The Eye (2008) Starring Jessica Alba, Allesandro Nivola and Parkey Posey.
Honestly, I knew so little about this film going in, other than from publicity. I honestly had no idea it was a Asian ripoff. I kept wondering if it was a remake of the soft-core porn/horror film from the late-90s that Cinemax used to show in perpetuity. You know, the one with the giant eyeball and the erotic tentacle? After all, with the cosmetically perfect Jennifer Alba as violinist Sydney Wells, the possibilities could be endless!
However, The Eye is a remake of a 2002 HK-horror directed by the Pang Brothers. You know them, right? It's okay, I didn't either. I discovered it was a remake on the DVD, as I saw the trailer for the Hong Kong version of The Eye 2, directed by the . . Pang Brothers. Great, this is what I'm in for. I thought I was just watching another crappy PG-13 horror flick. Now I have entered a world of pain.
To tell the truth, this film isn't terrible. Parker Posey is decent as Wells' sister, and she's terrible in everything. Allessandro Nivola (aka Pollux Troy from Face Off) throws in a solid performance as Wells' doctor.
The plot is intriguing enough. It can of builds off of the same premise as shown in movies such as Body Parts with Jeff Fahey, relating mainly to the notion that transplanted body parts retain something from the previous owner. In this case, Wells' visual impairment is cured by a corneal transplant. After the surgery takes and Wells' begins to use her new eyes to their fullest extent, she discovers she can see more than the average person with 20-20. She is plagued with repeat images of a girl in a fire and witnesses ghosts hiding behind random corners. Throughout the rest of the film, Wells embarks on an odyssey to discover the origin of the transplant. This leads her to Mexico City, where the climax of the film emerges. Alba's portrayal of Wells is, heh, "well" preprared. She spent time working with some folks in a school for the blind down in New Mexico prior to filming. Right to the unfortunate end with Wells losing her eyesight again, she really portrays a character whose struggle the viewer can relate. I also want to applaud French directors David Moreau and Xavier Palud for attempting to make something suspenseful without being completely boring.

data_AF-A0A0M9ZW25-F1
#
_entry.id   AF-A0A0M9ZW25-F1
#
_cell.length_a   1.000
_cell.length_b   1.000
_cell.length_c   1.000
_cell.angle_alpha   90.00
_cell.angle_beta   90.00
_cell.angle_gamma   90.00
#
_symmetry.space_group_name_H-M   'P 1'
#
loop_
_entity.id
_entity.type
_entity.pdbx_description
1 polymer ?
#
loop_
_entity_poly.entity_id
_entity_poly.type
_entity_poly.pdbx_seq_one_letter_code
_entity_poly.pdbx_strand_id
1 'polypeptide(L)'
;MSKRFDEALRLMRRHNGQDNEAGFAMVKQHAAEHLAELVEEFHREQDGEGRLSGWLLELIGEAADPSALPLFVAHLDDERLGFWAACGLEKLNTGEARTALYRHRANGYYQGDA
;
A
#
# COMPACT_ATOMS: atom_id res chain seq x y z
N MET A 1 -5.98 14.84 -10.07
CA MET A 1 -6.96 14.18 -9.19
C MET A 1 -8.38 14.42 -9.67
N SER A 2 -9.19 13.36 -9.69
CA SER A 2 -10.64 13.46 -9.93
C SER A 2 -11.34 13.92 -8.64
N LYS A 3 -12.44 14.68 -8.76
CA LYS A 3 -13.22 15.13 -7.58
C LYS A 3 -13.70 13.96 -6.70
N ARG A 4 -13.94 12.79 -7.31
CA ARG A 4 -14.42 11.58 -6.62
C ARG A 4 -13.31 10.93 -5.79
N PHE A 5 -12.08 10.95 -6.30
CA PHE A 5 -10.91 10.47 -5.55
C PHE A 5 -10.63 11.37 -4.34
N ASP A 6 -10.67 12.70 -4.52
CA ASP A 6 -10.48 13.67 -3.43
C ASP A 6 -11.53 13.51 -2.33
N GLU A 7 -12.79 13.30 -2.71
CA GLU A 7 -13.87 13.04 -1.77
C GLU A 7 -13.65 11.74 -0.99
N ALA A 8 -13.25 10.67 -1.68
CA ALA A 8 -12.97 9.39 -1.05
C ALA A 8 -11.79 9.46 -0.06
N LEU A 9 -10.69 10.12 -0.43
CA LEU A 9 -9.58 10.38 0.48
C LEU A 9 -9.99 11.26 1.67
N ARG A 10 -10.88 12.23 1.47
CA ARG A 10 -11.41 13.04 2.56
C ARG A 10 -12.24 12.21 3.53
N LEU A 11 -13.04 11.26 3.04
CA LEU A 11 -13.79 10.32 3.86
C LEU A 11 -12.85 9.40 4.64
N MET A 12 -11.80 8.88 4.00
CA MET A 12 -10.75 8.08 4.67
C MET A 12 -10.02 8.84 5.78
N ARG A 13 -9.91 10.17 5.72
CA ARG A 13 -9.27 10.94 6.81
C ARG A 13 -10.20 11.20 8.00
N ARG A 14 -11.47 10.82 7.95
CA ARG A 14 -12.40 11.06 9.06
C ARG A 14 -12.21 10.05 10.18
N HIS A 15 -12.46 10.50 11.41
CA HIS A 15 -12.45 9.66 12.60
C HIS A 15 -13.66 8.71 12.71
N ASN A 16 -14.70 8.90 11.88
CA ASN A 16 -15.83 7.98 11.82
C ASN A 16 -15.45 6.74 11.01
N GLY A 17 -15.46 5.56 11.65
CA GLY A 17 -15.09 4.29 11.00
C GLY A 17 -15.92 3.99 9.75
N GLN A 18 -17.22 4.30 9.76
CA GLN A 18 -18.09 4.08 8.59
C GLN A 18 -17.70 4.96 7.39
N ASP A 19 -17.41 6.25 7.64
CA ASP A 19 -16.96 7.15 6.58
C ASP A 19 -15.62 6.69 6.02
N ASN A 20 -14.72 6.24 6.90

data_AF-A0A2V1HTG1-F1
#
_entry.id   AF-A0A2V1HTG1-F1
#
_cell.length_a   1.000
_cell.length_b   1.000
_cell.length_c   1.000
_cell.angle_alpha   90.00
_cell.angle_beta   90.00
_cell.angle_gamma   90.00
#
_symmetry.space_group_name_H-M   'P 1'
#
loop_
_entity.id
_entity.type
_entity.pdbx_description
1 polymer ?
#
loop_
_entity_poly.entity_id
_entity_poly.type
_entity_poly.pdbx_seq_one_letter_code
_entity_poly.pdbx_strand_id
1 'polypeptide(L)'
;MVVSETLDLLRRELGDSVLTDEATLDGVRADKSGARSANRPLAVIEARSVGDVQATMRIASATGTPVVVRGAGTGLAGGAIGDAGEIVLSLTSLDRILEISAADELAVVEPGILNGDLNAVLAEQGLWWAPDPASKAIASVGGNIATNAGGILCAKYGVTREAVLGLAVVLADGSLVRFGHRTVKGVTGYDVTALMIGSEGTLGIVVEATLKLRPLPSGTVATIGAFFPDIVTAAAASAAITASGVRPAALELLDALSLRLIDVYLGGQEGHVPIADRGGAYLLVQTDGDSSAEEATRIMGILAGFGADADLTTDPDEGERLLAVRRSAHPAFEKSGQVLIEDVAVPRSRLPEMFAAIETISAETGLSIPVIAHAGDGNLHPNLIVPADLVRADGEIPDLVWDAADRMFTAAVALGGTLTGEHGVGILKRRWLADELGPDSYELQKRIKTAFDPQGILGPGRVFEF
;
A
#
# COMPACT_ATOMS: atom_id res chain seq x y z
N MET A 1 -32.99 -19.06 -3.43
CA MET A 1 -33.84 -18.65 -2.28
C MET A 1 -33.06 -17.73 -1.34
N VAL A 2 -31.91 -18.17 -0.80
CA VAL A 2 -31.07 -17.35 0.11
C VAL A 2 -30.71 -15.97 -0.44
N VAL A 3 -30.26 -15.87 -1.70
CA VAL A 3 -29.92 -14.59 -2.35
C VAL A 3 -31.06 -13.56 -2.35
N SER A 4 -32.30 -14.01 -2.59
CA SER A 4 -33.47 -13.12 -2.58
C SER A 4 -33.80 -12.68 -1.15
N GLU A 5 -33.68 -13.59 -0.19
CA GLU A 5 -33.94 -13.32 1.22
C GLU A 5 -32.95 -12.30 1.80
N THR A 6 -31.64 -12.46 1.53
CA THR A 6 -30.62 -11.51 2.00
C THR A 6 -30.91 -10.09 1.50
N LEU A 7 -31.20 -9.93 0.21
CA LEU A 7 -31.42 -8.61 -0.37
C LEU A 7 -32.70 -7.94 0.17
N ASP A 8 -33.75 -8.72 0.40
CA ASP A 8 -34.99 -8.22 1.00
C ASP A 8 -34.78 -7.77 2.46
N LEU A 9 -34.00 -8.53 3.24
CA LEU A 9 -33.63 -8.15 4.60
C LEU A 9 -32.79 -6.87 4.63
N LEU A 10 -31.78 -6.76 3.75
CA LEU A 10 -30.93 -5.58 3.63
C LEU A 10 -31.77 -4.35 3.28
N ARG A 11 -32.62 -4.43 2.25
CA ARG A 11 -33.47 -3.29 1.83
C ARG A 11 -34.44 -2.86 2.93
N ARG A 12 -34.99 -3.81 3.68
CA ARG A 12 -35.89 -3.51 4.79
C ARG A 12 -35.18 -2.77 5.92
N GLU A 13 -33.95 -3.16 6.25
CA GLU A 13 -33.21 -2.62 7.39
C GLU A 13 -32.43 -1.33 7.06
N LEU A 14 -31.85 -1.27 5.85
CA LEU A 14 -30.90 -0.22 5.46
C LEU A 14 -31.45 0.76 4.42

Unfortunately, I can't bring myself say any nicer things about this film. I mean, when we discover that the images of the fire witnessed by Wells are a future prediction, you're left with a feeling of, "Huh? Well how about that, lets get to the credits." It's not a poor film, but other than the acting, this movie fails to leave the viewer with anything that cements it in the conscious for the long haul. The characters work step-by-step follow a course that feels very procedural instead of allowing random circumstances to alter the narrative. Had the story been mixed up a little bit more and had some more beef broth thrown in for flavor, this would be one of the better horror films of the last decade. Instead, it falls more in the area of remakes like 1996's Diabolique, where the film is underrated in many areas but still doesn't quite deliver.